Sandhill Crane

Antigone canadensis
Range Map

Though Sandhill Cranes (family Gruidae) are tall, leggy birds, they are better known as grazers than as waders. From the aggressive attacks I’ve witnessed by Red-Winged Blackbirds in Utah and North-Eastern California, the cranes may prey on nests while in their breeding range. Unlike their taller cousin the Whooping Crane, their overall population is not threatened, and while their cousins migrate in pairs or small family groups, Sandhill Cranes fly in formation in large flocks, often so high as to go unnoticed except for their haunting calls from 5,000 to 12,000 feet overhead.

Science recognises six subspecies of Sandhill Cranes, three of which are listed as endangered (Cuban, Florida, and Mississippi Sandhill Cranes). Prior to 2010, these birds were classified in the genus Grus, but genetic studies convinced scientists to revive the genus Antigone, first proposed by German naturalist Ludwig Reichenbach in 1853:

  • A. c. canadensis, or Lesser Sandhill Crane, breeds in northeastern Siberia and northern Alaska east across arctic Canada. They spend winters in the southwestern USA south to north-central Mexico.
  • A. c. rowani, or sometimes Canadian Sandhill Crane, breeds in subarctic and boreal Canada from northern British Columbia and southern Northwest Territories east to Ontario. They spend winters in the southwestern USA east to Texas and south to northern Mexico.
  • A. c. tabida, or Greater Sandhill Crane, breeds from southern British Columbia, east to the western Great Lakes and south locally to Nevada, Colorado, and Tennessee. They spend winters in the United States from California east to Georgia and northern Florida.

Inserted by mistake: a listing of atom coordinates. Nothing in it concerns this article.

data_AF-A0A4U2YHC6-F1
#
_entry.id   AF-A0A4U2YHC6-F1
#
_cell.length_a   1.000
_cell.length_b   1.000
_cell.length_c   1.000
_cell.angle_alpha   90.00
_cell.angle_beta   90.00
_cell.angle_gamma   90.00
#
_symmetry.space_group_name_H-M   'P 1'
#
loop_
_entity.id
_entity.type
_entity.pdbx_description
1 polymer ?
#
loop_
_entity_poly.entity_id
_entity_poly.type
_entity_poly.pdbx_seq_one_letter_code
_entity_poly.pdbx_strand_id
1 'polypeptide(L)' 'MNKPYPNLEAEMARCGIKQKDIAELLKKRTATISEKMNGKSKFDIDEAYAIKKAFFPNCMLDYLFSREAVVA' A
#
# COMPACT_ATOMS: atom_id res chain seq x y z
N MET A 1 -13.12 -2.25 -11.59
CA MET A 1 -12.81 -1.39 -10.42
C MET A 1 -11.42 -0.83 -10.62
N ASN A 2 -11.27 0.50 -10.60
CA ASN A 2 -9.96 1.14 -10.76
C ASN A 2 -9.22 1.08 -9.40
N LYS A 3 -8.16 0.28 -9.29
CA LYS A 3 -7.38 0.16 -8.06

• A. c. pulla, or Mississippi Sandhill Crane, is nonmigratory, and lives on the Gulf slope of Mississippi.
  • A. c. pratensis, or Florida Sandhill Crane, is nonmigratory and lives in southeastern Georgia south to central Florida.
  • A. c. nesiotes, or Cuban Sandhill Crane, is nonmigratory and lives in Cuba and the Isle of Pines.

I’ve enjoyed meeting these birds both on their breeding and winter grounds. In Utah, I’ve had distant views of parents with their young colts in tow. At the Salton Sea in southeastern California, I’ve watched over the years the wintering flocks grow from dozens to hundreds. Perhaps no location where I’ve visited has been more productive than in the middle Rio Grande Valley. Here, among the several reserves hosting wintering Sandhill Cranes, is Bosque del Apache NWR. The winter spectacle of cranes and geese has declined in recent years, but in 2003, when I first visited the reserve, I witnessed the morning liftoff of thousands of cranes and geese. The resulting heart-pounding awe was unforgettable.

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